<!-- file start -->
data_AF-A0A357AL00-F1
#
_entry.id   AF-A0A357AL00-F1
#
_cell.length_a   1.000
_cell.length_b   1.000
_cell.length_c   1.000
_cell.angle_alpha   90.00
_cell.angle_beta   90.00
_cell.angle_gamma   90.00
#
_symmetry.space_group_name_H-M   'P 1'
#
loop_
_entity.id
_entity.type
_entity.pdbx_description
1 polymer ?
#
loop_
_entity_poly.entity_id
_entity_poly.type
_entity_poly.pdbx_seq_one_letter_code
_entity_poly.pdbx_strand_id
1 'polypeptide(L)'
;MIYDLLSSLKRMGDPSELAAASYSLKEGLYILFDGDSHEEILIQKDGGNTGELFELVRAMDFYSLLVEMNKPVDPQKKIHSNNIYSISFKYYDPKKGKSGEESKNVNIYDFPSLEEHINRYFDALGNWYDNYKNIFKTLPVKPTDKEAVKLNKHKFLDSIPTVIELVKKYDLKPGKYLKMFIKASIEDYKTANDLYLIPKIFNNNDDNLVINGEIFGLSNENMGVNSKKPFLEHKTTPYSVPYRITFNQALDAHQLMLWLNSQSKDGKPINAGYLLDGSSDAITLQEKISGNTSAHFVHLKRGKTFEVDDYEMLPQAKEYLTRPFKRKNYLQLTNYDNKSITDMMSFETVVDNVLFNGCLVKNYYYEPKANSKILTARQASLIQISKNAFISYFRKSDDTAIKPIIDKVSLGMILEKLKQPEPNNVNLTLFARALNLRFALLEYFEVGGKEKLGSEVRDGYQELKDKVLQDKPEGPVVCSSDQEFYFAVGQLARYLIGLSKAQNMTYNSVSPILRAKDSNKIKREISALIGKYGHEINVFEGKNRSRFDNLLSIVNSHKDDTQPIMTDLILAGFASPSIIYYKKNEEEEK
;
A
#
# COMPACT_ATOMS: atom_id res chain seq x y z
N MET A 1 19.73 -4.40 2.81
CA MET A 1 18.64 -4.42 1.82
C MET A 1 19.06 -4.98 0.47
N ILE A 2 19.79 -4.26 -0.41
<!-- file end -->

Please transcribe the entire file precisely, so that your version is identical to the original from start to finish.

data_AF-A0A357AL00-F1
#
_entry.id   AF-A0A357AL00-F1
#
_cell.length_a   1.000
_cell.length_b   1.000
_cell.length_c   1.000
_cell.angle_alpha   90.00
_cell.angle_beta   90.00
_cell.angle_gamma   90.00
#
_symmetry.space_group_name_H-M   'P 1'
#
loop_
_entity.id
_entity.type
_entity.pdbx_description
1 polymer ?
#
loop_
_entity_poly.entity_id
_entity_poly.type
_entity_poly.pdbx_seq_one_letter_code
_entity_poly.pdbx_strand_id
1 'polypeptide(L)'
;MIYDLLSSLKRMGDPSELAAASYSLKEGLYILFDGDSHEEILIQKDGGNTGELFELVRAMDFYSLLVEMNKPVDPQKKIHSNNIYSISFKYYDPKKGKSGEESKNVNIYDFPSLEEHINRYFDALGNWYDNYKNIFKTLPVKPTDKEAVKLNKHKFLDSIPTVIELVKKYDLKPGKYLKMFIKASIEDYKTANDLYLIPKIFNNNDDNLVINGEIFGLSNENMGVNSKKPFLEHKTTPYSVPYRITFNQALDAHQLMLWLNSQSKDGKPINAGYLLDGSSDAITLQEKISGNTSAHFVHLKRGKTFEVDDYEMLPQAKEYLTRPFKRKNYLQLTNYDNKSITDMMSFETVVDNVLFNGCLVKNYYYEPKANSKILTARQASLIQISKNAFISYFRKSDDTAIKPIIDKVSLGMILEKLKQPEPNNVNLTLFARALNLRFALLEYFEVGGKEKLGSEVRDGYQELKDKVLQDKPEGPVVCSSDQEFYFAVGQLARYLIGLSKAQNMTYNSVSPILRAKDSNKIKREISALIGKYGHEINVFEGKNRSRFDNLLSIVNSHKDDTQPIMTDLILAGFASPSIIYYKKNEEEEK
;
A
#
# COMPACT_ATOMS: atom_id res chain seq x y z
N MET A 1 19.73 -4.40 2.81
CA MET A 1 18.64 -4.42 1.82
C MET A 1 19.06 -4.98 0.47
N ILE A 2 19.79 -4.26 -0.41